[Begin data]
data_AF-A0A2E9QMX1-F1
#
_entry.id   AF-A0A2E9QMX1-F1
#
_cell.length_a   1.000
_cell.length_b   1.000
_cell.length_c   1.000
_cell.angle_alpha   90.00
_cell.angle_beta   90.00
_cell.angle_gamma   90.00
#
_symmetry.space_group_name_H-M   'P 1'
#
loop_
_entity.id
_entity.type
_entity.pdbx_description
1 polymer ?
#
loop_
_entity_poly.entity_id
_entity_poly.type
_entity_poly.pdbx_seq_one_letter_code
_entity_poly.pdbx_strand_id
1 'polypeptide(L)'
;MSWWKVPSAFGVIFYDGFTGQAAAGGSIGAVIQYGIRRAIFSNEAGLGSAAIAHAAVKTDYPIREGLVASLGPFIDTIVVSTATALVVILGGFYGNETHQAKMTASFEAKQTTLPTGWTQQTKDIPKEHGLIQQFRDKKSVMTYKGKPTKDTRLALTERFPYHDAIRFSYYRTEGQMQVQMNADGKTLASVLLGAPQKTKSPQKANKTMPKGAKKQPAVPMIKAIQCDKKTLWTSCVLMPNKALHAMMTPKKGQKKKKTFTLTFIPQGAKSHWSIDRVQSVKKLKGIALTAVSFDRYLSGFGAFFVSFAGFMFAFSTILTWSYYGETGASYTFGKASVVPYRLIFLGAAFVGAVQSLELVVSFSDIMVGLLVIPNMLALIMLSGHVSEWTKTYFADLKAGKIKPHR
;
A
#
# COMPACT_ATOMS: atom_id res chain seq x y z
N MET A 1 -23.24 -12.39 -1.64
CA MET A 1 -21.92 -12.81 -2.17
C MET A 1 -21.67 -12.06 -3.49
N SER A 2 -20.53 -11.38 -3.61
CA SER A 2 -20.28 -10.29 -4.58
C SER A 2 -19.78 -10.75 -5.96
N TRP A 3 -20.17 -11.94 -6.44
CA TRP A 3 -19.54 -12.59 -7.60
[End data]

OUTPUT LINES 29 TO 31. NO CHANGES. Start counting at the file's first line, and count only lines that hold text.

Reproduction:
#
# COMPACT_ATOMS: atom_id res chain seq x y z
N MET A 1 -23.24 -12.39 -1.64